Justin Timberlake traded in his suit and tie for jeans and a flannel, and no, it wasn’t for the best. Timberlake’s latest album, “Man of the Woods,” dropped on Friday, Feb. 2, just two days before his big Super Bowl spotlight, which featured one of his new singles, “Filthy.” Luckily, this single is less horrible when watching his suave dance moves accompany it.
I think what’s the most confusing part about this album is the fact that he advertises this bold move to become this outdoorsy man who hangs out with trees and the snow, yet many songs, like his first single, “Filthy,” sound metallic and with the allusions to sex, it seems like the robots themselves are promiscuous. This electro-vibe clashes with the singer’s pop star reputation and the incorporation of country/blues melodies that he uses in certain songs, most likely as a tribute to his Nashville roots.
One of the few songs that is actually danceable is the second song on the album, “Midnight Summer Jam.” If you can get past the fact that he uses “y’all” four times within the first 20 seconds of the song and you’re typically a modern country fan, then you will probably enjoy Timberlake’s single, which incorporates a hint of back beats as a form of modernizing the old-time country vibe.
Another country song that has light music and feel-good tones is “Man of the Woods,” which the album is named after. Throughout the song, Timberlake sings “I’m a man of the Woods/ That’s my Pride.” And that it is. He must really enjoy his country flannel, because it inspired him so-much-so that he wrote a song totally dedicated to his beloved flannel entitled, “Flannel.” Ironically, I actually love this song. It starts out by being very camp-firey and almost like a kumbaya vibe. However, about eight counts into the song, the beat drops and effectively incorporates the artist’s pop talent and country roots. It’s one of those songs that you groove to during a chill afternoon.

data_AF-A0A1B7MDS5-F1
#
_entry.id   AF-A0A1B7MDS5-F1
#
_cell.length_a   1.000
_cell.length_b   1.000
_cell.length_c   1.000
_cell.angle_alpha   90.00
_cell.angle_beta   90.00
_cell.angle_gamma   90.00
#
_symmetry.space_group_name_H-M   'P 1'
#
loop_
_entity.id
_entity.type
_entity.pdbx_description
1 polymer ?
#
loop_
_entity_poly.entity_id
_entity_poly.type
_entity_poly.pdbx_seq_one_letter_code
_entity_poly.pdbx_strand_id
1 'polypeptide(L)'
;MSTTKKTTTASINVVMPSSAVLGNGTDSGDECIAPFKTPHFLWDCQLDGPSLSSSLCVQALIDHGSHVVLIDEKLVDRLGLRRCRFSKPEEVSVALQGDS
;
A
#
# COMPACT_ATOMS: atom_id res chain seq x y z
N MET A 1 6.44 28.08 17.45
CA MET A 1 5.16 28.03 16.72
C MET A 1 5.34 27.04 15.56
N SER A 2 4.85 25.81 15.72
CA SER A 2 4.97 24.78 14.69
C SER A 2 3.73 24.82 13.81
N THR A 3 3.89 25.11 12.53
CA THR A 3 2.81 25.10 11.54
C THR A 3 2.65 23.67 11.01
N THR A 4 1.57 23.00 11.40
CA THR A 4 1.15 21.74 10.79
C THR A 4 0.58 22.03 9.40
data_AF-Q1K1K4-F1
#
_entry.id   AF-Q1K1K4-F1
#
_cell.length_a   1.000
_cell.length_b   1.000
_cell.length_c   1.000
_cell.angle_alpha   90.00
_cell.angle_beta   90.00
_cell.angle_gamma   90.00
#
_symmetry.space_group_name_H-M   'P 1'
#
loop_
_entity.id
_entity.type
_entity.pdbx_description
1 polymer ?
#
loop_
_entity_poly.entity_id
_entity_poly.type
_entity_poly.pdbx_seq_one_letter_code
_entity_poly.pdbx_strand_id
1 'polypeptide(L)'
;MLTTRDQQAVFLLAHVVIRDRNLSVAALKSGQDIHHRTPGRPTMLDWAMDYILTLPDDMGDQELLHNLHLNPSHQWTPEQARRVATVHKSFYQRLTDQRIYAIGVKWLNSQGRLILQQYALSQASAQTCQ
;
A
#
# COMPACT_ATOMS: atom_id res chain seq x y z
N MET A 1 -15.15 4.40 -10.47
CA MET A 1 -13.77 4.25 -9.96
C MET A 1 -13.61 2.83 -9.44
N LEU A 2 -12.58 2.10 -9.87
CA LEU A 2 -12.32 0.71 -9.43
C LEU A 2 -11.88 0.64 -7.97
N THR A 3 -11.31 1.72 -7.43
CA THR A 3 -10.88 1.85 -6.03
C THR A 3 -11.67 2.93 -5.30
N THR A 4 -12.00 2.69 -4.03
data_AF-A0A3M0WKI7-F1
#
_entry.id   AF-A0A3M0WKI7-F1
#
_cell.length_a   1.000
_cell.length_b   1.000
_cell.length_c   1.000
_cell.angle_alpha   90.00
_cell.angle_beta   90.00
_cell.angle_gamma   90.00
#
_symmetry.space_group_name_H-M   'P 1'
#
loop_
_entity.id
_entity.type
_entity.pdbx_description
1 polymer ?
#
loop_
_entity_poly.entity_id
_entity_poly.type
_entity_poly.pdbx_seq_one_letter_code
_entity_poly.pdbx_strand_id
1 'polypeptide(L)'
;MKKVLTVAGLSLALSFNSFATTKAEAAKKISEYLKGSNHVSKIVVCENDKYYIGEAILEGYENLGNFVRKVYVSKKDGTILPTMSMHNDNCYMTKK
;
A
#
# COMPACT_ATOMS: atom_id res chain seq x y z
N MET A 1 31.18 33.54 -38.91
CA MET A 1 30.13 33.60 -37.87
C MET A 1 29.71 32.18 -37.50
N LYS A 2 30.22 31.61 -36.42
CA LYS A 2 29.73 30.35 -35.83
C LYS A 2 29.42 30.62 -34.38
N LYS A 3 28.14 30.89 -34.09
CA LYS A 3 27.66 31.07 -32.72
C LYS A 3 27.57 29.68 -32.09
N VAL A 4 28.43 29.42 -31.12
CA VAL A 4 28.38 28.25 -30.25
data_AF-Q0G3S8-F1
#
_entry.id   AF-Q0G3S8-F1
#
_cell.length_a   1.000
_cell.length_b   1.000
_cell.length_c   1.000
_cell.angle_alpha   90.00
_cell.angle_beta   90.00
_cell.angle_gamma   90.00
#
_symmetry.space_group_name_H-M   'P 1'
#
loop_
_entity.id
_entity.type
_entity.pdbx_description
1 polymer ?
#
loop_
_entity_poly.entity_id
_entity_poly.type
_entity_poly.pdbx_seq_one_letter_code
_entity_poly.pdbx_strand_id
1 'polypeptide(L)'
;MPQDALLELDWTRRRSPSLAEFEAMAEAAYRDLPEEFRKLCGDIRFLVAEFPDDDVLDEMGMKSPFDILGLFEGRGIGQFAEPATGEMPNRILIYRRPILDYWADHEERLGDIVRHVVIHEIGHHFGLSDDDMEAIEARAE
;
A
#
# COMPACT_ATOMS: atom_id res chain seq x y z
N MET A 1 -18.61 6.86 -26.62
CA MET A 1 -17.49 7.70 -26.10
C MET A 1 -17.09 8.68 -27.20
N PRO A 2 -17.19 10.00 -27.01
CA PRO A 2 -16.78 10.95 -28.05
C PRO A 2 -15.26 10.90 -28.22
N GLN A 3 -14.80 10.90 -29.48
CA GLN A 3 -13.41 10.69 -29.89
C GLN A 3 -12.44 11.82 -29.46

Two of Timberlake’s low points in his new album (in exception for the already headache causing, “Filthy”) are: “Wave” and “Young Man.” Let’s start with “Wave.” There is way too much going on within the first 20 seconds. The song starts with guitar, then switches to drums, then switches back to guitars and eventually adds back in the drums as a back beat. All the while, Timberlake ditched his previous country vibe to take on his electro-robot tone. Is this supposed to be reggae? It’s unclear. I think this song is trying to be flirty, as it hints to female attractiveness, but it just is way too cheesy to be taken seriously. Secondly, “Young Man.” Come on JT, you were never a cheesy guy and now you’re getting all sappy. Don’t get me wrong, your son is adorable, but that doesn’t mean I want to listen to a song about him. I didn’t like it when Kanye did it and even your insane dance moves won’t give you that exception. The song ends with Timberlake’s son saying, “daddy,” which maybe he’ll really appreciate when he’s older (but probably not).
Major music review columns low-starred the pop star, for although his album was a bold move, and an obvious step away from what he’s used to producing, it simply was just not good. The Rolling Stone gave him the highest score of 3.5/5 stars, and The Guardian, The Independent, and The Telegraph all gave Timberlake 3/5 stars. Due to his few saving grace songs and an A for effort mindset, I’ll jump on the bandwagon and give Timberlake 3/5 stars.